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Precipitation Features Observed by Doppler Radar at Tuktoyaktuk, Northwest Territories, Canada, during the Beaufort and Arctic Storms Experiment

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  • 1 Division of Earth and Planetary Sciences, Graduate School of Science, Hokkaido University, Sapporo, Japan
  • | 2 Department of Physics, University of Toronto, Toronto, Ontario, Canada
  • | 3 Ocean Research Institute, University of Tokyo, Tokyo, Japan
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Abstract

In the fall of 1994, the Beaufort and Arctic Storms Experiment (BASE) was held to collect information on the structure and evolution of mesoscale weather systems over the southern Beaufort Sea and the Mackenzie River delta of the western Canadian Arctic. As part of the experiment, X-band Doppler radar observations were carried out at Tuktoyaktuk, a village on the shore of the Beaufort Sea. In this paper, the precipitation features, structure, and moisture transport associated with two distinctly different weather systems that were observed during BASE are described with a variety of datasets. Climatologies of storm activity in the area suggest these two types of different weather systems, the so-called Pacific origin and storm track disturbances, are the most frequently observed in this region during the fall months.

The characteristic feature of a Pacific origin weather system is a pronounced layering of the air masses. In the upper layer, the air mass is of Pacific origin and is associated with a deep low in the Gulf of Alaska. As a result it is moist and is capable of producing precipitation. In contrast, the lower layer is initially of continental origin and is associated with a secondary lee cyclogenesis event in the Mackenzie River basin. As the secondary disturbance moves to the east, there is a shift in the wind direction that advects air from the Beaufort Sea into the lower layer. This results in a moistening of the lower layer that allows precipitation from the upper layer that had previously evaporated in the lower layer to be enhanced and reach the surface. The detailed structure of this type of storm is strongly affected by the topography of the region and the presence of open water in the southern Beaufort Sea.

The storm track weather system is markedly different and is associated with the passage of a mesoscale low over the southern Beaufort Sea. In this sort of system, there is a well-defined frontal structure of a type previously identified in the midlatitudes. Two different precipitation regimes are identified that are associated with the passage of the warm and cold front. In this sort of system, the sources of moisture are the Bering Sea and the open water in the southern Beaufort Sea.

Corresponding author address: Yoshio Asuma, Division of Earth and Planetary Sciences, Graduate School of Science, Hokkaido University, Kita 10 Nishi 8, Kita-ku, Sapporo 060-0810, Japan.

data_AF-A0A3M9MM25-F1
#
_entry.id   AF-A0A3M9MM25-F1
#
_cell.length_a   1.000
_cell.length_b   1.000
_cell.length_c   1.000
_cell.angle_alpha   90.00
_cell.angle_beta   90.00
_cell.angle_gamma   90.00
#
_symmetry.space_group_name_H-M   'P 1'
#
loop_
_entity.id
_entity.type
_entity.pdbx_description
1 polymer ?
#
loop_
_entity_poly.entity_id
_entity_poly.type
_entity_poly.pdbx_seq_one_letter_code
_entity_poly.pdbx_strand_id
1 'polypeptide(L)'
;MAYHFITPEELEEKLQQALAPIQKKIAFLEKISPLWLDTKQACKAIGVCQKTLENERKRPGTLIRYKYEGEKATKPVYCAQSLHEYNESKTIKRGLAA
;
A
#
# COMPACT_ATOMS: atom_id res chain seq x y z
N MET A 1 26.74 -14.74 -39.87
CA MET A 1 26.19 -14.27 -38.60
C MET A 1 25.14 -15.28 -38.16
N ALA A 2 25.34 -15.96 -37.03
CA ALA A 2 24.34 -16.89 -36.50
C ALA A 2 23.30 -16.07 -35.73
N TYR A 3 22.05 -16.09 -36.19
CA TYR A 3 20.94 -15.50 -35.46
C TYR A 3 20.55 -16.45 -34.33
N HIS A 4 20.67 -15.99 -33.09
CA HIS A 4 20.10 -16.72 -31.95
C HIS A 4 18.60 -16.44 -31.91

Email: asuma@geophys.hokudai.ac.jp

Abstract

In the fall of 1994, the Beaufort and Arctic Storms Experiment (BASE) was held to collect information on the structure and evolution of mesoscale weather systems over the southern Beaufort Sea and the Mackenzie River delta of the western Canadian Arctic. As part of the experiment, X-band Doppler radar observations were carried out at Tuktoyaktuk, a village on the shore of the Beaufort Sea. In this paper, the precipitation features, structure, and moisture transport associated with two distinctly different weather systems that were observed during BASE are described with a variety of datasets. Climatologies of storm activity in the area suggest these two types of different weather systems, the so-called Pacific origin and storm track disturbances, are the most frequently observed in this region during the fall months.

The characteristic feature of a Pacific origin weather system is a pronounced layering of the air masses. In the upper layer, the air mass is of Pacific origin and is associated with a deep low in the Gulf of Alaska. As a result it is moist and is capable of producing precipitation. In contrast, the lower layer is initially of continental origin and is associated with a secondary lee cyclogenesis event in the Mackenzie River basin. As the secondary disturbance moves to the east, there is a shift in the wind direction that advects air from the Beaufort Sea into the lower layer. This results in a moistening of the lower layer that allows precipitation from the upper layer that had previously evaporated in the lower layer to be enhanced and reach the surface. The detailed structure of this type of storm is strongly affected by the topography of the region and the presence of open water in the southern Beaufort Sea.

The storm track weather system is markedly different and is associated with the passage of a mesoscale low over the southern Beaufort Sea. In this sort of system, there is a well-defined frontal structure of a type previously identified in the midlatitudes. Two different precipitation regimes are identified that are associated with the passage of the warm and cold front. In this sort of system, the sources of moisture are the Bering Sea and the open water in the southern Beaufort Sea.

Corresponding author address: Yoshio Asuma, Division of Earth and Planetary Sciences, Graduate School of Science, Hokkaido University, Kita 10 Nishi 8, Kita-ku, Sapporo 060-0810, Japan.

Email: asuma@geophys.hokudai.ac.jp

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